"This court has frequently criticized the practice of copying the pleadings as a method of stating the issues to a jury and where they contain allegations not supported by evidence it may be reversible error to include such allegations in defining the issues if the reviewing court is satisfied that the jury may have been misled thereby. See Hutchinson v. Western Bridge & Construction Co., 97 Neb. 439, 150 N.W. 193; Mc-Clelland v. Interstate Transit Lines, 139 Neb. 146, 296 N.W. 757. However, the fact that the court copied the pleadings in presenting the case to the jury is not alone sufficient to cause a reversal unless it can be said that the complaining party was prejudiced thereby. See Scott v. New England Mutual Life Insurance Co., 128 Neb. 867, 260 N.W. 377; Merritt v. Ash Grove Lime & Portland Cement Co., 136 Neb. 52, 285 N.W. 97." Franks v. Jirdon, 146 Neb. 585, 20 N.W.2d 597, 601.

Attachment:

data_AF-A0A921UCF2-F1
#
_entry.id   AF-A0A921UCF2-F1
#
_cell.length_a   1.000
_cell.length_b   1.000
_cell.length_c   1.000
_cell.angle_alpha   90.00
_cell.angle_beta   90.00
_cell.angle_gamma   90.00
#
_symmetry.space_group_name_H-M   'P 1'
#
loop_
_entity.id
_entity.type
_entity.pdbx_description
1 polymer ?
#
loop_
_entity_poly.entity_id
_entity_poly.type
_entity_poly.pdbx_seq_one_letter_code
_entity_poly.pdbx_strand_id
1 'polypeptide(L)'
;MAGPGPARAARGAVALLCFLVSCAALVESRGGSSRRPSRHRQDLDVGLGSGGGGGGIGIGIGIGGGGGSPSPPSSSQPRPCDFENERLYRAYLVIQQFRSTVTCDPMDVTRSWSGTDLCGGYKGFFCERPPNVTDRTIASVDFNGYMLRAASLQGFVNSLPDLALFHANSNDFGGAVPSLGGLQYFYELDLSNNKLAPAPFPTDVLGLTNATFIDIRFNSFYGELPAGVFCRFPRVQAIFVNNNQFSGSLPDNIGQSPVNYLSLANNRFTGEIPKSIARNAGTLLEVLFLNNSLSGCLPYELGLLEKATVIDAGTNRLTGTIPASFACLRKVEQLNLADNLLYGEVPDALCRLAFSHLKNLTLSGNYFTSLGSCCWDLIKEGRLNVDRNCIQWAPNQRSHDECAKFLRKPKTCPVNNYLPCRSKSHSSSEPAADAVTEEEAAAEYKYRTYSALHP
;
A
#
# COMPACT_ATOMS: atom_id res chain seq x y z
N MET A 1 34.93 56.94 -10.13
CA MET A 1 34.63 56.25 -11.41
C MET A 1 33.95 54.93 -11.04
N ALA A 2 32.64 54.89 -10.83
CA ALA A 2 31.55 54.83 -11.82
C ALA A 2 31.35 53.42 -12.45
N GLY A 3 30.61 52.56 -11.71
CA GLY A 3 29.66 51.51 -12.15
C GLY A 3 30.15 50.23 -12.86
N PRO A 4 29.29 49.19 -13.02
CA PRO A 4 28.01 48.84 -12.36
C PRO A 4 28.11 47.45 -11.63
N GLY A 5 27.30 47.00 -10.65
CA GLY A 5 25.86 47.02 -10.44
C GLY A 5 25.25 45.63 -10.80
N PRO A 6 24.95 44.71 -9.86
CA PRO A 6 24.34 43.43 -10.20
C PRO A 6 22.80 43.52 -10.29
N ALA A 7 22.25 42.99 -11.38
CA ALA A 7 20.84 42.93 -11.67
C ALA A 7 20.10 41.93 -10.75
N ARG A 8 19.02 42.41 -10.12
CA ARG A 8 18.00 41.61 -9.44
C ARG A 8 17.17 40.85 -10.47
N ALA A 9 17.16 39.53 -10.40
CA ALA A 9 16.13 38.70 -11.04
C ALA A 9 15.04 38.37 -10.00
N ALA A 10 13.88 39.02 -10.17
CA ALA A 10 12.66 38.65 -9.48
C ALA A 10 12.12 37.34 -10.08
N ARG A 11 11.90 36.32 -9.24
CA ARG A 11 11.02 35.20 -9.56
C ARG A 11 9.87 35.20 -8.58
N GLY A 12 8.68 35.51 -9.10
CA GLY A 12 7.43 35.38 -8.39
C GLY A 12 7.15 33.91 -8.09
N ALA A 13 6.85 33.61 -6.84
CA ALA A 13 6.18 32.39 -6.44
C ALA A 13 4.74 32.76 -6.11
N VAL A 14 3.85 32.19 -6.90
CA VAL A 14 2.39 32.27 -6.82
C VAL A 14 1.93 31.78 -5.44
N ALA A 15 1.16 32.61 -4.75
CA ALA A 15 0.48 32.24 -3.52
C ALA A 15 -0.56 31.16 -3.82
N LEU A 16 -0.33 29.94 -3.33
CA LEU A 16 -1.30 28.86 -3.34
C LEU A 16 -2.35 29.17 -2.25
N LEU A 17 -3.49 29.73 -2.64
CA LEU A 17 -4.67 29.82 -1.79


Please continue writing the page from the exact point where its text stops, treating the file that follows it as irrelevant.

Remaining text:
"The proper method of presenting a case to the jury is a clear and concise statement by the court of those issues which find support in the evidence and not by substantially copying the pleadings of the parties and if, by doing the latter, it results in prejudice to the complaining party it is a sufficient ground for reversal." Snyder v. Farmers Irr. Dist., 157 Neb. 771, 61 N.W.2d 557, 559.